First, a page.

Have you ever heard the phrase that quitting is for losers? Or have you heard someone say, you should finish what you’ve started (almost with an undertone of disappointment)? But why SHOULD we do anything that is no longer serving us? For me, it didn’t click until Steven Bartlett mentioned that quitting in different scenarios is actually the wisest decision.
In his earlier book, he talks about the quitting framework. In life we glamourize starting, but dread quitting. Let’s dive deeper into why it is frowned upon to quit. Mostly, because your environment or society will look at you as a failure. They will think that you are not good enough or didn’t have enough skills, guts to finish that task. So this fear of finishing what you started is founded on the perception and opinions of others.
Let’s look at a simple example. Let’s say that you bought a book that you thought was gonna be really inspiring. You read the first 50 pages of the book and actually, you have a hard time following the narrative. What do you do? Do you finish reading the book because you started already and you invested money into it? Or do you close your book and maybe donate it to a second-hand shop? The wiser decision here would be to quit reading the book.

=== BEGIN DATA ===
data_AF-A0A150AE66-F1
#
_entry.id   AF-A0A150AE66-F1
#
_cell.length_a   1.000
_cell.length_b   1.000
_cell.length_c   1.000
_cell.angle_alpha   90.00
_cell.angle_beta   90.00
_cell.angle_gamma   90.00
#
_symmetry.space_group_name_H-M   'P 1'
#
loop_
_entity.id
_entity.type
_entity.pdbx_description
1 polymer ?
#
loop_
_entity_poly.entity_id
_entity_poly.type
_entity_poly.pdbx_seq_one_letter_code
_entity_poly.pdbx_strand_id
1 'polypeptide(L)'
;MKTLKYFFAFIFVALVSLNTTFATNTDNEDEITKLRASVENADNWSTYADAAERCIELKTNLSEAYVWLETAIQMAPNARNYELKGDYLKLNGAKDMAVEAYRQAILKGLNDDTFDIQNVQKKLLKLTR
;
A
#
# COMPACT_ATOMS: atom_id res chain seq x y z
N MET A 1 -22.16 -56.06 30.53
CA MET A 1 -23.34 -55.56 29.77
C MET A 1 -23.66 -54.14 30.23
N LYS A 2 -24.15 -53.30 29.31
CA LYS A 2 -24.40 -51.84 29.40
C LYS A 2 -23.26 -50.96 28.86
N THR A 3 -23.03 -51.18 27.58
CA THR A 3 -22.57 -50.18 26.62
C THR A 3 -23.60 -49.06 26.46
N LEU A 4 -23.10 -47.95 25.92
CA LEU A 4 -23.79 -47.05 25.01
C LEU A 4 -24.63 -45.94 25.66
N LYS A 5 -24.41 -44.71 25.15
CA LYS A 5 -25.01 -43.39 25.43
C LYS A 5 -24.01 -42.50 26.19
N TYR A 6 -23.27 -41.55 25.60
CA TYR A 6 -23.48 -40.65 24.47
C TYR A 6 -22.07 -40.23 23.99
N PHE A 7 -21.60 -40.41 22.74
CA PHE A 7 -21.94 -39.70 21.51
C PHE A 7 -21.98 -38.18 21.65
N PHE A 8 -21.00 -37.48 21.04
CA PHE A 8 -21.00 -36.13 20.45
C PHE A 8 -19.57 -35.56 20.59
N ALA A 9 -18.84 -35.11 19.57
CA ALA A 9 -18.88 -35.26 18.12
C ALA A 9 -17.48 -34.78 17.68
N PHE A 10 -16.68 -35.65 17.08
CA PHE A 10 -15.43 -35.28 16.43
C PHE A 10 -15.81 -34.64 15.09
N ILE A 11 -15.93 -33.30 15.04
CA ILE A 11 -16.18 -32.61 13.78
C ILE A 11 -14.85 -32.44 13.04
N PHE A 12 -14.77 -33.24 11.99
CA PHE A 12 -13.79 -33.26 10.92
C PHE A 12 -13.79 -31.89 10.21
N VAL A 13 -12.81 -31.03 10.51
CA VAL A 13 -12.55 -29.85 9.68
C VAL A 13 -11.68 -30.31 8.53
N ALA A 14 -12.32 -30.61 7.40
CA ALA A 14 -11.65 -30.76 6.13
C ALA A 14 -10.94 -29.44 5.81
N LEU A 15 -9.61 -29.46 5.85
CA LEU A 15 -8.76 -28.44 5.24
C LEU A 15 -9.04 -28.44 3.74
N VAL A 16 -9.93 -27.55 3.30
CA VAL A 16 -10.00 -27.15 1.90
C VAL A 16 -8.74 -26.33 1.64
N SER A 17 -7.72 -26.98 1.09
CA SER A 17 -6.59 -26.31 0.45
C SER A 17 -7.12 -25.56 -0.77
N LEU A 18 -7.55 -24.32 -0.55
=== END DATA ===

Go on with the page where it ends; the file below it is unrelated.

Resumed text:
To start something new, you have to let go
Whenever you would like to start something new, you need to let go of something else. So quitting something makes sense. I also think that if you truly know yourself and the path you would like to follow, it is bold to quit something. You’re making a statement that says: “This activity/ relationship/ task is no longer in line with who I am and trying to become.
Is it really difficult or is it not serving you?
Now I’m not saying that you should quit something right the second it gets difficult. Through the quitting framework, you should ask yourself a couple of questions. Is the hardship worth the rewards? But if the hardship isn’t worth the reward it’s best to quit because then it becomes hard and meaningless. The other question is: “Do you believe you can make it not suck?” For example, in a relationship. The second question: “Is the effort that it would take, worth the rewards?”
Well, there you have it. A simple framework to decide if things are still serving you.
Image: Unsplash by Tungsten Rising